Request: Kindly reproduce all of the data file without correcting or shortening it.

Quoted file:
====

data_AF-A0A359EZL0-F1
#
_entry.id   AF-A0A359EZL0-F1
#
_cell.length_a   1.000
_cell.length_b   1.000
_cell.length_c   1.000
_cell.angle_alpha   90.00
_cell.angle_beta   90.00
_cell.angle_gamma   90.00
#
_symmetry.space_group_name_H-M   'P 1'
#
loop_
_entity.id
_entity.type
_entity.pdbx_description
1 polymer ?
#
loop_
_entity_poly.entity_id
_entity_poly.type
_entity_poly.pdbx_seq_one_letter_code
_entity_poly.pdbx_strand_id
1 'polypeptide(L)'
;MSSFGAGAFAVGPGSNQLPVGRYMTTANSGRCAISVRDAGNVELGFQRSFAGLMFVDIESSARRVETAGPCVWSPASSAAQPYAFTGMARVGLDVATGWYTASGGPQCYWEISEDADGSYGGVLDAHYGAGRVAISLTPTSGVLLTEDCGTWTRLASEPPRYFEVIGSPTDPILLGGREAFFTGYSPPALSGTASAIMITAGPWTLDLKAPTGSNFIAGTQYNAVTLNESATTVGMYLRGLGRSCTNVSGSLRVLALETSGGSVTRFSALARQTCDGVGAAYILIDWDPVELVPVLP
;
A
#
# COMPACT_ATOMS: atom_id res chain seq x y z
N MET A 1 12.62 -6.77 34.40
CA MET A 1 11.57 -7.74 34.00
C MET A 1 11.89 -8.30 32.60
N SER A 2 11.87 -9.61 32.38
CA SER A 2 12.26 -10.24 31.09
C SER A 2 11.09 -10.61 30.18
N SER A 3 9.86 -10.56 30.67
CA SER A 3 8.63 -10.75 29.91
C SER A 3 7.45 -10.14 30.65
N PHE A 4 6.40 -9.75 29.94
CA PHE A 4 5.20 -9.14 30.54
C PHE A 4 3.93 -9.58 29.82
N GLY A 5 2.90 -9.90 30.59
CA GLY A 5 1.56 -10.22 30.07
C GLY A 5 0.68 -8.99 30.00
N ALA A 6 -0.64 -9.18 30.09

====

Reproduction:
data_AF-A0A359EZL0-F1
#
_entry.id   AF-A0A359EZL0-F1
#
_cell.length_a   1.000
_cell.length_b   1.000
_cell.length_c   1.000
_cell.angle_alpha   90.00
_cell.angle_beta   90.00
_cell.angle_gamma   90.00
#
_symmetry.space_group_name_H-M   'P 1'
#
loop_
_entity.id
_entity.type
_entity.pdbx_description
1 polymer ?
#
loop_
_entity_poly.entity_id
_entity_poly.type
_entity_poly.pdbx_seq_one_letter_code
_entity_poly.pdbx_strand_id
1 'polypeptide(L)'
;MSSFGAGAFAVGPGSNQLPVGRYMTTANSGRCAISVRDAGNVELGFQRSFAGLMFVDIESSARRVETAGPCVWSPASSAAQPYAFTGMARVGLDVATGWYTASGGPQCYWEISEDADGSYGGVLDAHYGAGRVAISLTPTSGVLLTEDCGTWTRLASEPPRYFEVIGSPTDPILLGGREAFFTGYSPPALSGTASAIMITAGPWTLDLKAPTGSNFIAGTQYNAVTLNESATTVGMYLRGLGRSCTNVSGSLRVLALETSGGSVTRFSALARQTCDGVGAAYILIDWDPVELVPVLP
;
A
#
# COMPACT_ATOMS: atom_id res chain seq x y z
N MET A 1 12.62 -6.77 34.40
CA MET A 1 11.57 -7.74 34.00
C MET A 1 11.89 -8.30 32.60
N SER A 2 11.87 -9.61 32.38
CA SER A 2 12.26 -10.24 31.09
C SER A 2 11.09 -10.61 30.18
N SER A 3 9.86 -10.56 30.67
CA SER A 3 8.63 -10.75 29.91
C SER A 3 7.45 -10.14 30.65
N PHE A 4 6.40 -9.75 29.94
CA PHE A 4 5.20 -9.14 30.54
C PHE A 4 3.93 -9.58 29.82
N GLY A 5 2.90 -9.90 30.59
CA GLY A 5 1.56 -10.22 30.07
C GLY A 5 0.68 -8.99 30.00
N ALA A 6 -0.64 -9.18 30.09